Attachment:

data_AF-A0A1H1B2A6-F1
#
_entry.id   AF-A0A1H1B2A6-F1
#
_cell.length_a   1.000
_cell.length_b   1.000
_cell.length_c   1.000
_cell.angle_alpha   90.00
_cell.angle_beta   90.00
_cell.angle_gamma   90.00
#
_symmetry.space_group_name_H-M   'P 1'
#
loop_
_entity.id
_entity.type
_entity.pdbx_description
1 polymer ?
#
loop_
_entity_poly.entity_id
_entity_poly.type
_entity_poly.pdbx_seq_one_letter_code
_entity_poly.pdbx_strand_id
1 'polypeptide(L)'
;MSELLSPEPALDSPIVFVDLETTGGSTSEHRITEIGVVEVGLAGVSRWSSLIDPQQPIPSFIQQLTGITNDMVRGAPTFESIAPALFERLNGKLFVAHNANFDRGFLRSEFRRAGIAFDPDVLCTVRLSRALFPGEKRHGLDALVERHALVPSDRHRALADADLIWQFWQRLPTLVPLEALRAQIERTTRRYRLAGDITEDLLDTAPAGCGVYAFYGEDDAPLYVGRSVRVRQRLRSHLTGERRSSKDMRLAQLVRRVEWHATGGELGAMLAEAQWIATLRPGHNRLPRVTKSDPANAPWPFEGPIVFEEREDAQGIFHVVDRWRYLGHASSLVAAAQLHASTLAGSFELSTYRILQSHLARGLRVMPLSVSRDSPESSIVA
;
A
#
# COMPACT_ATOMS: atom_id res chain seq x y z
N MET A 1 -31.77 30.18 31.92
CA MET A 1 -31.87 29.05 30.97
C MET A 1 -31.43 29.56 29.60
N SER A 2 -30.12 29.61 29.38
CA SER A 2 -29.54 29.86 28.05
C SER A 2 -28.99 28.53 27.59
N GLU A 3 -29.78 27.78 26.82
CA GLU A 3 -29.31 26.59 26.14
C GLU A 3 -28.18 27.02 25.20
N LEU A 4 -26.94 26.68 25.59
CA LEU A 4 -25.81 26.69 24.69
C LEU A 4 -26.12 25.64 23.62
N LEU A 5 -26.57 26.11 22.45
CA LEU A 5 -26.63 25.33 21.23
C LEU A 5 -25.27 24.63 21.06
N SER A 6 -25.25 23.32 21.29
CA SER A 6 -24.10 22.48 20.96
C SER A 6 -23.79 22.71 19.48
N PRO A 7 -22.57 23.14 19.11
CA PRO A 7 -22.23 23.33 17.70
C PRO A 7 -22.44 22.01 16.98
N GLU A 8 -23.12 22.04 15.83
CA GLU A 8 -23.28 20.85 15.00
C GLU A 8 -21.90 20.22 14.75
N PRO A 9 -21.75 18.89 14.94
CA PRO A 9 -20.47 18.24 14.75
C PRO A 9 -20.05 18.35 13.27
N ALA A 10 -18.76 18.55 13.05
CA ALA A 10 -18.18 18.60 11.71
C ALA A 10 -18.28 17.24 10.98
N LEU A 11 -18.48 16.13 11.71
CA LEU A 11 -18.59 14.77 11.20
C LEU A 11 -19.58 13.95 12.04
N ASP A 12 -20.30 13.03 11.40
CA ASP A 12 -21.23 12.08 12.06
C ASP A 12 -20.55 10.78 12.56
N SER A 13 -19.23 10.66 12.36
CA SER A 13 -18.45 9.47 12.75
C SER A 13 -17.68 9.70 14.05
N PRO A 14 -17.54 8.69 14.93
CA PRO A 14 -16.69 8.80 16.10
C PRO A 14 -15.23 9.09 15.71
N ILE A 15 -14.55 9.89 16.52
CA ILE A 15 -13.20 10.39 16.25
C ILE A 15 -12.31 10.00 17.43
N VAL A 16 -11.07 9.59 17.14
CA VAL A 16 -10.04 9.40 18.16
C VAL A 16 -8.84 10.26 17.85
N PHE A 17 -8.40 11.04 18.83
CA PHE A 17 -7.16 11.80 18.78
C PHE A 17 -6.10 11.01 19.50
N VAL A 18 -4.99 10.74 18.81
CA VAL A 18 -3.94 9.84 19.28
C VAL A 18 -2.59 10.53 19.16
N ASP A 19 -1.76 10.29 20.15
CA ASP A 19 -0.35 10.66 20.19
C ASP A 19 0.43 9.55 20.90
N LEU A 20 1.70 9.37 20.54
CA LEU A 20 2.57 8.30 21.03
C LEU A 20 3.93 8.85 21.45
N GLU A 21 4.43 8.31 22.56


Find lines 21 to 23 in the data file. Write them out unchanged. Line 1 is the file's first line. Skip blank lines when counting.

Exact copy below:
_entity_poly.entity_id
_entity_poly.type
_entity_poly.pdbx_seq_one_letter_code